We're thinking of making her do it for like every youngin' she deems interesting enough for this because we think she totally outdid herself with this.
If you recognize the name SCHENN, you’re probably thinking of Luke, the Toronto Maple Leafs rookie defenseman, the kid who went 5th overall in the 2008 draft. You’re probably thinking about the kid who came into the draft with probably the most international experience of any draftee (Representing Team Canada at the U-18 World Championship, the ADT Canada-Russia Challenge, the Canada/Russia Super Series, and the World Junior Championships), the kid who was dubbed “The Human Eraser” by colourful TSN analyst Pierre McGuire.
Chances are, you’re not thinking of Brayden, the 17-year-old center with the WHL’s Brandon Wheat Kings, the kid who lead his team in scoring as a 16-year-old and won the WHL’s Rookie of the Year title in 07-08, with 28 goals and 43 assists for 71 points in 66 games.
But if you’re not thinking of him now, don’t worry- you will be.
While Luke has solidified himself as an NHL-calibre player, Brayden has been chugging along at a point-per-game pace in the WHL, with 15 points in 15 games (8 goals, 7 assists, +3 rating). For you Americans out there, it might be surprising to hear that even though that’s good for 2nd on the team, it’s considered a bit of a slump for the star players in Canadian Major Junior- less so for WHL players, but even still. But there’s no need to worry- especially for a player as good as Brayden Schenn. A good stat to remember is that he didn’t have a great start to the year last year, either, but vaulted up the standings with 8 goals and 16 assists for 24 points in 8 games later on in the season.
While Brayden obviously has a penchant for getting points and scoring goals, one of the best parts about his game lies in one stat in particular- his 26 PIMS, second on his team. For an elite offensive player, Brayden’s physicality, grit, and willingness to drop the gloves set him apart from other players of his stature. He’s always getting into the dirty areas, always sticks up for his teammates, and plays with every one of his 196 pounds.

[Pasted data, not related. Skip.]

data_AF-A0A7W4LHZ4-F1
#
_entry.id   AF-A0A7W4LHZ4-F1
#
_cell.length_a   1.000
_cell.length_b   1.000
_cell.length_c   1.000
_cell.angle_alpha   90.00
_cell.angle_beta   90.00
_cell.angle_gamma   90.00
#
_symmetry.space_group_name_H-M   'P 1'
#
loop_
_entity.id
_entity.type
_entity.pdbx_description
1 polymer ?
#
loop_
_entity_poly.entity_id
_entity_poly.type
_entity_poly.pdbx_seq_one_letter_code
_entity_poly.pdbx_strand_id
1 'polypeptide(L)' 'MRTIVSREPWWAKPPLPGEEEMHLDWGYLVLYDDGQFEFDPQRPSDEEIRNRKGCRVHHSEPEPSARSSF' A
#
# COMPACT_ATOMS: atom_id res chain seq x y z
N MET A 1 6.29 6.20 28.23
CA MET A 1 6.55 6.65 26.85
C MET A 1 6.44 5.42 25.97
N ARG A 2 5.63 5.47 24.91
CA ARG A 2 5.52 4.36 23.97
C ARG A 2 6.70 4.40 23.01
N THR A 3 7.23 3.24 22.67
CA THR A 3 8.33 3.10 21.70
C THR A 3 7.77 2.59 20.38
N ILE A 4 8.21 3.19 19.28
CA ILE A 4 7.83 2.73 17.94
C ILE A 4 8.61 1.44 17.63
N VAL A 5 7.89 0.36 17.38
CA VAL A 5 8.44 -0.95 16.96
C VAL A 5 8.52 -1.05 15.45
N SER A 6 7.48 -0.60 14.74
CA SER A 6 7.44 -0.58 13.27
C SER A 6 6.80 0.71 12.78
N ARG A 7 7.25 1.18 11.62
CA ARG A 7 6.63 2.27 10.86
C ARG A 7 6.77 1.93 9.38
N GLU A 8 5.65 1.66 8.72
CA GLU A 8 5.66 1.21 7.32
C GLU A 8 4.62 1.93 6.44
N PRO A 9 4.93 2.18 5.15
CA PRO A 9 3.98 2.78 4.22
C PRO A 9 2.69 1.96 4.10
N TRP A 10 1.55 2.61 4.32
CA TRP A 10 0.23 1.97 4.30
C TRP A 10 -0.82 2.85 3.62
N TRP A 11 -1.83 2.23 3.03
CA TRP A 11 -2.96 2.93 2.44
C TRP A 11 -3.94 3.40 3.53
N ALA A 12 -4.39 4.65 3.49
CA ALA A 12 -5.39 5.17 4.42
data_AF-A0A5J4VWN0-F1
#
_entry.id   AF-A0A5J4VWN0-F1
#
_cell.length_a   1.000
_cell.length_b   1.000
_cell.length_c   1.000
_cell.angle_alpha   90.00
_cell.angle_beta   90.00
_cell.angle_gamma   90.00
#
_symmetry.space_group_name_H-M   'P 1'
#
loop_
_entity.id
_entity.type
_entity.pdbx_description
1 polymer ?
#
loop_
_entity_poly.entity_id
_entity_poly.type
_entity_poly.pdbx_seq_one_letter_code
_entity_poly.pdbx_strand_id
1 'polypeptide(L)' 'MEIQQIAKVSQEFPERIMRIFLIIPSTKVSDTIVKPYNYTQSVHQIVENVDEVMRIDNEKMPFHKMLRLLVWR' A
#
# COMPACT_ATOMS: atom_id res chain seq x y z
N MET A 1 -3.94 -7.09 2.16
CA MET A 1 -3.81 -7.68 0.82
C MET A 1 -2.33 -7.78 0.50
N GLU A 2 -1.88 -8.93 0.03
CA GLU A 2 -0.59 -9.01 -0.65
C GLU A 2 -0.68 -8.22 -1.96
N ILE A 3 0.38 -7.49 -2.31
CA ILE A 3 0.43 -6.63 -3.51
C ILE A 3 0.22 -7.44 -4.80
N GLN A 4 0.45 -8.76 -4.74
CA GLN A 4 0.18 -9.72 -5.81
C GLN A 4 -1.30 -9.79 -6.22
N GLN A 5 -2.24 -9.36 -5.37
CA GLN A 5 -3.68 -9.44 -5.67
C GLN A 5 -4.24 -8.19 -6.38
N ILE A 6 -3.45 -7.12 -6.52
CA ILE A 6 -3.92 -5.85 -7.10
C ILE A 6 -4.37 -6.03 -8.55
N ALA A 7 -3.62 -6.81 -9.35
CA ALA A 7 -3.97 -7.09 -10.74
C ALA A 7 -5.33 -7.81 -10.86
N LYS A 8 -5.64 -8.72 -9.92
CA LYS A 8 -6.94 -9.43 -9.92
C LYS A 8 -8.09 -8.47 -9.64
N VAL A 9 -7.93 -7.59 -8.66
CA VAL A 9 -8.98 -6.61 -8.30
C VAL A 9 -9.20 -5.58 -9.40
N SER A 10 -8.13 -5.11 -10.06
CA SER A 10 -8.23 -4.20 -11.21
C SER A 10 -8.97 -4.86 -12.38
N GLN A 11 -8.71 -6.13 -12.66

"I try to put pucks to the net, stay strong defensively and throw my weight around when I get the chance," Brayden says, comparing his style of play to that of Philadelphia Flyers Captain Mike Richards.
And that he does. Also like Richards, he has been given a lot of responsibility at his young age. This year he was given an A to wear on his chest in only his second season.
“He's tremendously respected by his teammates who not only admire his ability and his talent but have a lot of respect for his maturity and leadership," said Wheat Kings Head Coach Kelly McCrimmon of the young player from Saskatoon.
Brayden is trusted in all situations, scoring 3 of his 8 goals on the powerplay, while 2 came shorthanded. This is big factor in measuring a young player- because it’s great for a player to be on the first powerplay unit, but it speaks more about his ability to know that he plays the penalty kill, as well.
Expect Brayden- who also has a lot of international experience under his belt- to play for Team Canada at the World Juniors in Ottawa this year. He’s currently ranked #5 by International Scouting Services- but could go higher, and almost definitely not lower. In other words- see him drafted around the same spot as his big brother.
Luke and Brayden were born 22 months apart in Saskatoon, Saskatchewan. And I have to say, you won’t find many brothers as close as these two.
"We're really close. I always keep in touch with him and like to know what's going on with him and Brandon,” Luke said. “We're really tight.”
Like the famous Staal brothers, and many others, the Schenn’s grew up battling on the backyard rink. And believe me, I’ve been to Saskatoon- it gets downright freezing in the Winter. It takes real dedication and a love for the game to get out every night in those conditions, but it drove the Schenn brothers to compete even further. "We not only liked to compete with each other, but we liked to push each other," Brayden said. "When we would play together on the backyard rink we would compete that way. He's a D-man and I'm a forward so we would always compete one-on-one.”
Luke is Brayden’s role model and he’s doing a damn good job of following in his brother’s footsteps. Brayden attended the draft in Ottawa this year to watch his brother’s name get called- "I was at the draft with him and I was right there when it happened," Brayden said. "It was a really exciting day in our family's life and his life. It was good to see him get drafted and it was an exciting time.”- and with Brayden’s big day coming up this summer, you can be assured Luke will be right there sitting next to him.
It looked for a while like they might finally get to play on the same team for the World Juniors, but with Luke staying in Toronto that seems unlikely now. But hey- there will be World Championships for these kids for years to come.